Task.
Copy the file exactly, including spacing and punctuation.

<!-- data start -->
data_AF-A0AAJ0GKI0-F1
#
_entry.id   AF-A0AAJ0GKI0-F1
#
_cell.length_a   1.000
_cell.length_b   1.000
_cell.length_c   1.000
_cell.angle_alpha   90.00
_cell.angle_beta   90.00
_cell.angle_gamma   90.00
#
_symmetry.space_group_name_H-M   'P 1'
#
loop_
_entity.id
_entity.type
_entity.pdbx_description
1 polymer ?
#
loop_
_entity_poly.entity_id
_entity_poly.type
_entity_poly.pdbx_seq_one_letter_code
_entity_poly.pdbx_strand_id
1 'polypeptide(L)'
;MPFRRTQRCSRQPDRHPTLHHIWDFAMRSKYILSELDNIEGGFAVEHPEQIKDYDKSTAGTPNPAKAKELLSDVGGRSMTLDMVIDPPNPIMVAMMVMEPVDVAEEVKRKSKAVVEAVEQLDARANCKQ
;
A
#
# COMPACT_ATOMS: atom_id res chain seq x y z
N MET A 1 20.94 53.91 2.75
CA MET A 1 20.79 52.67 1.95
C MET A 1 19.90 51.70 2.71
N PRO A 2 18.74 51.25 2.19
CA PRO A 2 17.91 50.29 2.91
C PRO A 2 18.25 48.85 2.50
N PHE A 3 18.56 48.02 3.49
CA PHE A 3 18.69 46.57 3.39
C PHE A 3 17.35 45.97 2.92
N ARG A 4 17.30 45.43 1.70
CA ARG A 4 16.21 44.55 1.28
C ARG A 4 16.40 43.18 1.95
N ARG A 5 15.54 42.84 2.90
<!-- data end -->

data_AF-A0AAJ0GKI0-F1
#
_entry.id   AF-A0AAJ0GKI0-F1
#
_cell.length_a   1.000
_cell.length_b   1.000
_cell.length_c   1.000
_cell.angle_alpha   90.00
_cell.angle_beta   90.00
_cell.angle_gamma   90.00
#
_symmetry.space_group_name_H-M   'P 1'
#
loop_
_entity.id
_entity.type
_entity.pdbx_description
1 polymer ?
#
loop_
_entity_poly.entity_id
_entity_poly.type
_entity_poly.pdbx_seq_one_letter_code
_entity_poly.pdbx_strand_id
1 'polypeptide(L)'
;MPFRRTQRCSRQPDRHPTLHHIWDFAMRSKYILSELDNIEGGFAVEHPEQIKDYDKSTAGTPNPAKAKELLSDVGGRSMTLDMVIDPPNPIMVAMMVMEPVDVAEEVKRKSKAVVEAVEQLDARANCKQ
;
A
#
# COMPACT_ATOMS: atom_id res chain seq x y z
N MET A 1 20.94 53.91 2.75
CA MET A 1 20.79 52.67 1.95
C MET A 1 19.90 51.70 2.71
N PRO A 2 18.74 51.25 2.19
CA PRO A 2 17.91 50.29 2.91
C PRO A 2 18.25 48.85 2.50
N PHE A 3 18.56 48.02 3.49
CA PHE A 3 18.69 46.57 3.39
C PHE A 3 17.35 45.97 2.92
N ARG A 4 17.30 45.43 1.70
CA ARG A 4 16.21 44.55 1.28
C ARG A 4 16.40 43.18 1.95
N ARG A 5 15.54 42.84 2.90